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Amsterdam Red Light meets Dutch countryside

Warmoesmarkt is a local food market in the heart of Amsterdam that brings a bit of the countryside into the city.

By Jeanne Tan / 13-11-2008

Dutch food is definitely being rediscovered and it's about time.

Located in one of the oldest streets in Amsterdam, now turned tourist trail, Warmoesmarkt is a small market-like shop offering organic fruit and vegetables mostly produced by local farmers, and regional food from The Netherlands like cheeses, bread, jams, meats etc. The store is an initiative of Piet Hekker (owner of the successful De Bakkerswinkel bakery/cafes) and Andy Verdonk (owner of Anna Haen Hoeve, a farm store in Abcoude) who believe fervently in the small-scale production of food in a traditional way.

Designed by EventArchitectuur, the interior feels like a cross between a depot and a marketplace. Dictated partly by the module of a simple black crate, the planning is characterised by a strong grid which can be seen in all aspects of the store from the floor plan, construction and shelving to the signage and visual identity. The crates which are normally invisible utilitarian elements become a prominent feature in the interior, acting not only as display units but also light fittings throughout the store. The central to rear part of the store features a combination of shelving and work benches that resemble market stalls. Near the goods, tasting plates offer delicious nibbles. At the rear of the space, a corner workshop hosts cooking courses and also allows visitors to further sample foods. The central corridor leads to a back garden which refers to farming plots in the Warmoestraat of the past. The gorgeous illustrations were done by Peter Müller.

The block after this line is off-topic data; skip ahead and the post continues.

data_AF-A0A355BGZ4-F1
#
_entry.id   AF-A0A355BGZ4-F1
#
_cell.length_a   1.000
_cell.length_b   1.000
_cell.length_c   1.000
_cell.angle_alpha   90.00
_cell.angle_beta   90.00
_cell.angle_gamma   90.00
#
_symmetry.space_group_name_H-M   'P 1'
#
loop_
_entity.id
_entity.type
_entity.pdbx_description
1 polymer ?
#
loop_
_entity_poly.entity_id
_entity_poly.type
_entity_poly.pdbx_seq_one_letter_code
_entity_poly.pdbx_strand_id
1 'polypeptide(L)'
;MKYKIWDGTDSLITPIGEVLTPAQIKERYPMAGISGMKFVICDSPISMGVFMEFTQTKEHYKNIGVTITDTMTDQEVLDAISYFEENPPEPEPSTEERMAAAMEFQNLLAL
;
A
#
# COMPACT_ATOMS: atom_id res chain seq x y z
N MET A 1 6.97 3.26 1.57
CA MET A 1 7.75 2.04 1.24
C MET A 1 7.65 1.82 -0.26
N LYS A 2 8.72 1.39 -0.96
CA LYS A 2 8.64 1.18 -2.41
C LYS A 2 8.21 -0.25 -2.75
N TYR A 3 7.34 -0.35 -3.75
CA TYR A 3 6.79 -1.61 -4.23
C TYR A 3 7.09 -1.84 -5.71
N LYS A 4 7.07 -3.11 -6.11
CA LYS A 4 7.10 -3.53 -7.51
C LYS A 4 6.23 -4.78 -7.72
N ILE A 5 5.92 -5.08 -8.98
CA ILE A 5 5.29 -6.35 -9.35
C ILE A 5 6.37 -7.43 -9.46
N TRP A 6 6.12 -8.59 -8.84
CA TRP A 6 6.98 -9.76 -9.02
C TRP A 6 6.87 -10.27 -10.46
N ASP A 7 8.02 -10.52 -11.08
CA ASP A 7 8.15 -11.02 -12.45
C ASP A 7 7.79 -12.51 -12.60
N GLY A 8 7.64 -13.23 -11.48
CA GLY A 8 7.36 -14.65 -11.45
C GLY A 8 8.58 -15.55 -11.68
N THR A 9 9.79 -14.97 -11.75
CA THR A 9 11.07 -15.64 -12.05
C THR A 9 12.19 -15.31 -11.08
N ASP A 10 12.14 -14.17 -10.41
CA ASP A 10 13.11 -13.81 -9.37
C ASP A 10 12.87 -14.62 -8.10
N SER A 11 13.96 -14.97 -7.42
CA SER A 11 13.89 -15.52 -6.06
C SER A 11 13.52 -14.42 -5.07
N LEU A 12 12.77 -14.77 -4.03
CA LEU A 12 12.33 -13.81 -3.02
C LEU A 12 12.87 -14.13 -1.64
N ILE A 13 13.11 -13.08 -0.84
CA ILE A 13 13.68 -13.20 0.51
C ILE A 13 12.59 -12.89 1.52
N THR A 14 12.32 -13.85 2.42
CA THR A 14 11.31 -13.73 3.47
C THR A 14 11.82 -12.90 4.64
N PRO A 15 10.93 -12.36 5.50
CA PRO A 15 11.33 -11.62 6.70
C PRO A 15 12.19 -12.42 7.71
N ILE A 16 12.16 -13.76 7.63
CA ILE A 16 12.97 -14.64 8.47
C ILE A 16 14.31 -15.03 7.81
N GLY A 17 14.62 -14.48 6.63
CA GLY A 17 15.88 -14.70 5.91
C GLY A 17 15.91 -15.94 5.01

The concept of the grid and use of standard elements was interpreted into a visual identity and signage system by graphic designers Lesley Moore. Their inspiration came from practicality in combination with improvisation, and the simple hole punch. Little holes adorn the signage and notice boards throughout the store and the type. 'Everybody owns a hole punch, and every hole punch has the same size', says Karin van den Brandt from Lesley Moore. 'We made a grid based on a hole punch in several places in the interior as the foundation for the graphic elements. So it becomes easy to hang or move brochures, signs or price tags in the shop, somewhere in the grid'. For the typographic elements, the designers worked with the theme Grow. 'The size of the hole (from the hole punch) is the basic element – the seed – of the letters A, O, R. Even when the font-size becomes larger, the size of the perforation-hole will stay the same resulting in various As, Os and Rs, that will give the font a dynamic character'.

Dutch food is definitely being rediscovered and it's about time. Warmoesmarkt is a celebration of food traditions of the past fused with the lifestyle of the present and will no doubt in the future, be a roaring success.

Photography: Vincent Zedelius

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